Dave Koszegi, his wife Erin and their children Julia, Francesca and Matteo were on their annual Hornby Island, B.C. camping trip two summers ago when Dave happened to read Lloyd Kahn’s Tiny Homes on the Move. When the family saw the photos of Derek Diedricksen’s tiny house on wheels, Dave and Erin realized it would not only be a perfect addition to their overcrowded Volkswagen Westfalia camper van, it would also a great family project.

“Kids aren’t taught even the most basic things in school about finances or about housing – or how those go together,” says Koszegi, a sales rep with Re/Max of Nanaimo. But his children, who were 8, 7 and 4 when the family began actual construction in their driveway in January 2015, soon began to understand house construction through hands-on experience. They used graph paper to plan and recycled materials wherever possible, learning how to make every centimetre, kilogram and dollar count.

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Dave Koszegi
Dave Koszegi

Their old van could only tow up to 1,000 pounds (453 kilos) and Diedricksen’s original tiny house weighed 1,500 pounds, so the family substituted 2x2s and 2x3s for 2x4s, screwing and gluing every piece for extra strength. Their final version is five-feet-wide, nine-feet-long and eight-feet-high not including the bathroom area, making it slightly larger than the original floor plan. “The whole side of the house opens to join the van, so it’s pretty versatile,” says Koszegi.

The busy young family found bits of time between dance practices and recitals, soccer games and client showings to work on the project together. “A builder might look at it and say, ‘Man, I could have done this in a weekend,’ but it took us six months’ worth of half an hour to an hour and a half at a time, gluing our fingers together,” he says. “Some people are buying houses and don’t know what a 2×4 is – now my kids actually understand better than some Realtors about what a piece of lumber is, what the dimensions mean, how it’s all put together and how all this stuff kind of works – and they’re little!”

“Tiny homes are a hot topic these days,” he says, noting that although his purpose-built “Hi, I’m Dave Koszegi” commercial has averaged about 100 yearly views in the five years it’s been online, the three-minute YouTube video of his family building its tiny home that he recorded on his phone has had more than 910 hits since it was posted a year ago. A short feature about the family and their tiny house on wheels that aired on CTV this spring got 5,400 hits in three days – more than a quarter of the population of Port Al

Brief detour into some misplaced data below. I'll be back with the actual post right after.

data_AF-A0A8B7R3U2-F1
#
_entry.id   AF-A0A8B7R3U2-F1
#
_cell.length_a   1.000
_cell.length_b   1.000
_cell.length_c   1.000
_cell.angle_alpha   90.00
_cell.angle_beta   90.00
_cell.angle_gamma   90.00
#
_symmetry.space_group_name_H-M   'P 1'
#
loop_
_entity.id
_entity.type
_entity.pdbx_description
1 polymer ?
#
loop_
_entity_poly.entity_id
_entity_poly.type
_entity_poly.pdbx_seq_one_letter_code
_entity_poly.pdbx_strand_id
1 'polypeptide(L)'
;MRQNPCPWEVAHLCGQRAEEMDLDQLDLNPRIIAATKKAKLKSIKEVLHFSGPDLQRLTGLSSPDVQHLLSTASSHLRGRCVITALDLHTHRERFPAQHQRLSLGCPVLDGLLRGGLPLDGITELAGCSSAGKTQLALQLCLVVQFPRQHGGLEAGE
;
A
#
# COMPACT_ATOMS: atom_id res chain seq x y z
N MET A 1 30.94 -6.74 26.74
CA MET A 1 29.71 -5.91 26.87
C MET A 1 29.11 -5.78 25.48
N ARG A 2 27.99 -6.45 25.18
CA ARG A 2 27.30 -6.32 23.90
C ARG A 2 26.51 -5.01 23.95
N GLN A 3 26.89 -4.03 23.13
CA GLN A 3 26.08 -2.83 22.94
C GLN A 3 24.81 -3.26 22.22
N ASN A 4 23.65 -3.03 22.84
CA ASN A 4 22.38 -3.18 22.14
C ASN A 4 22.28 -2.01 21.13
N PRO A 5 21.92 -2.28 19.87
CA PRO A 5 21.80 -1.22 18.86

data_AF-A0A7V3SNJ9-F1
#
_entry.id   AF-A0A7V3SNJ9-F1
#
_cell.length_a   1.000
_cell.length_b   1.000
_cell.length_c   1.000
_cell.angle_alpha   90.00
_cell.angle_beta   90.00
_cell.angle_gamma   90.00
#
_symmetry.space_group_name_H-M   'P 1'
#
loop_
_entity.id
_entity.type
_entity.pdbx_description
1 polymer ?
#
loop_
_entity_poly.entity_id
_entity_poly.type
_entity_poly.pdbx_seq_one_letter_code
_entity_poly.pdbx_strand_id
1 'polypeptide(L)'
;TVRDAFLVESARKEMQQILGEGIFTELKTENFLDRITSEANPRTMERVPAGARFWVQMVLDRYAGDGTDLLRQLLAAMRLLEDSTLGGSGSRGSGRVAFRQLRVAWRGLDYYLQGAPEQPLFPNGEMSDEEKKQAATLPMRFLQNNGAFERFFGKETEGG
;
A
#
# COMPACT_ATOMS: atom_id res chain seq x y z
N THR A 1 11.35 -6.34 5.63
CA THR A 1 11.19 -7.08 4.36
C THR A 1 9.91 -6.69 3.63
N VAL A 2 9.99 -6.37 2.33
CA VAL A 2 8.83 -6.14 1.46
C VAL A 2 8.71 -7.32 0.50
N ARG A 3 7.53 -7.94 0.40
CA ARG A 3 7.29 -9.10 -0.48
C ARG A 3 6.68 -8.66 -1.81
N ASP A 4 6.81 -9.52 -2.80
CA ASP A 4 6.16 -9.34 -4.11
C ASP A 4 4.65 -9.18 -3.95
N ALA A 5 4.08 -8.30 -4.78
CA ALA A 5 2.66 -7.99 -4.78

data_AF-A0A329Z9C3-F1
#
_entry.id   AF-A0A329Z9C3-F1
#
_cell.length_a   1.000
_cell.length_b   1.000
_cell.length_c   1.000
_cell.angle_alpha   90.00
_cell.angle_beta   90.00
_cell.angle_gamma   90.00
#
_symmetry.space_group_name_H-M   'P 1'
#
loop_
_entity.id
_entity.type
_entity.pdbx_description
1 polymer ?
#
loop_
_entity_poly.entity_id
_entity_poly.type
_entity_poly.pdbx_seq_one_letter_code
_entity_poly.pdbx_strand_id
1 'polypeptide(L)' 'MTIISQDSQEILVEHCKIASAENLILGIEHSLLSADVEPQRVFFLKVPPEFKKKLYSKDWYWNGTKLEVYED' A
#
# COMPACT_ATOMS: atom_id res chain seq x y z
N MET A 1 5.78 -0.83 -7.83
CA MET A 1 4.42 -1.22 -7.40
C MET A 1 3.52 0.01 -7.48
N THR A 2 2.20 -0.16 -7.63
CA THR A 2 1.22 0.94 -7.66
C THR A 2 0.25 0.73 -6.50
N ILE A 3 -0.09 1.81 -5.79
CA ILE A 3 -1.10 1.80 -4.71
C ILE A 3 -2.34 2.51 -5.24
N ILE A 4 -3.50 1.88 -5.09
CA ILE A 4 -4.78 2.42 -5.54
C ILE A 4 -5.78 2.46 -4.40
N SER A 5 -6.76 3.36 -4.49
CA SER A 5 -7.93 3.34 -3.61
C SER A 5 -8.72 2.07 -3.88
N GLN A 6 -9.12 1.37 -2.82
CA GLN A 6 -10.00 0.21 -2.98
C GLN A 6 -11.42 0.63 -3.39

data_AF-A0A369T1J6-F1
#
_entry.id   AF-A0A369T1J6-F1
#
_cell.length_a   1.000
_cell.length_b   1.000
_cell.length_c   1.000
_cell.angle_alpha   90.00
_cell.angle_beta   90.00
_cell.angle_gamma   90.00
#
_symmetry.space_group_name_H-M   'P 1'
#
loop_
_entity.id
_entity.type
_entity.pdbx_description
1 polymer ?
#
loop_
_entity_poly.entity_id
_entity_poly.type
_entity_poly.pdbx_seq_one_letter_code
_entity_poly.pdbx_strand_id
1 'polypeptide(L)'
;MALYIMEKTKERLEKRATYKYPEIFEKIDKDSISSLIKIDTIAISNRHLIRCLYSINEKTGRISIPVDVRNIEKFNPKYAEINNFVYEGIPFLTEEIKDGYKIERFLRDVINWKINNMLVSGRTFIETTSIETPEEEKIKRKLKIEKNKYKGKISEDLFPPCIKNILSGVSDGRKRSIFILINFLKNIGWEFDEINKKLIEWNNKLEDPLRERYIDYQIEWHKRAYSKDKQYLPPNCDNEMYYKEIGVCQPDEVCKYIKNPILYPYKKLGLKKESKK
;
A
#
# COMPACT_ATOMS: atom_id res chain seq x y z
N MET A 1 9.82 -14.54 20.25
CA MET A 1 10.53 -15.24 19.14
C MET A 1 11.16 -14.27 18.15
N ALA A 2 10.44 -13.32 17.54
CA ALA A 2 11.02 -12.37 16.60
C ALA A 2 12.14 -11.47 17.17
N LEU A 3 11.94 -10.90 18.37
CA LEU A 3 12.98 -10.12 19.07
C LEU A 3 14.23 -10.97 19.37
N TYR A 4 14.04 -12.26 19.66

berni. “My social media person called me and cried ‘It’s viral!’” he says.

“If I was thinking about a tiny home as a principal residence I wouldn’t be thinking so compact. My tiny home on wheels is tiny,” says Koszegi, who’s 6ʹ5ʺ. But he thinks small homes are a great idea for people who want housing that’s more affordable and cheaper to operate, especially in recreational areas that have so many outdoor activities to enjoy. “There’s a place for 500-square-foot houses on fixed foundations, which is small but not ridiculous,” he says. “In a place like Port Alberni, we have low-priced houses, but condominiums or being attached are not all that popular. When you come all this way, you want your own little yard or whatever.”

But if municipalities had provisions for smaller houses – “and you’ve got to get Canada Mortgage and Housing Corp. to accept the idea – I think you’d have a form of housing that people would absolutely buy. It’d be more like buying a car,” Koszegi says. It would open a lot of doors for renters who can’t keep pets in their rental units, for example, or for retired couples who might not want to maintain larger houses while they holiday for months of the year, he says.

Koszegi grew up in Port Alberni, a city of about 18,000 two and a half hours northwest of Victoria on Vancouver Island.  Now 46, he has been a Realtor for 26 years, maintaining a 25 to 35 per cent market share in the area, which has a total population of about 30,000. Although as a young man he loved everything about housing and enjoyed working in a hardware store, he says he’d “always also been a car nut,” and wasn’t sure whether he’d rather sell cars for a living. It was his marketing teacher who helped him to see that real estate could be more than an interesting profession.

“It also had a process, going to school and getting qualifications – and with old-world European parents it was important for me to have papers,” he says. “Now I go to work every day and I love it.”

Since the CTV spot about the family’s tiny house on wheels project aired, “I’ve had people follow us on the highway and pull us over to have a look, and clients waving.” He also received texts and pages from clients he hasn’t heard from in a while.

“I’ve been known for my high volume and a certain amount of competence, but people didn’t know my personal side,” Koszegi says. “I didn’t do it for that – I was thinking about my kids – but clients picked up on it. It’s made me more approachable and created all these points of connection that I didn’t expect,” he says.

The project “brings housing and cars together, so I ended up being able to do both of my passions,” he says. “I don’t golf or anything like that, just work and family time – and now if I’m not available people get what’s going on with me, and they don’t mind it.”


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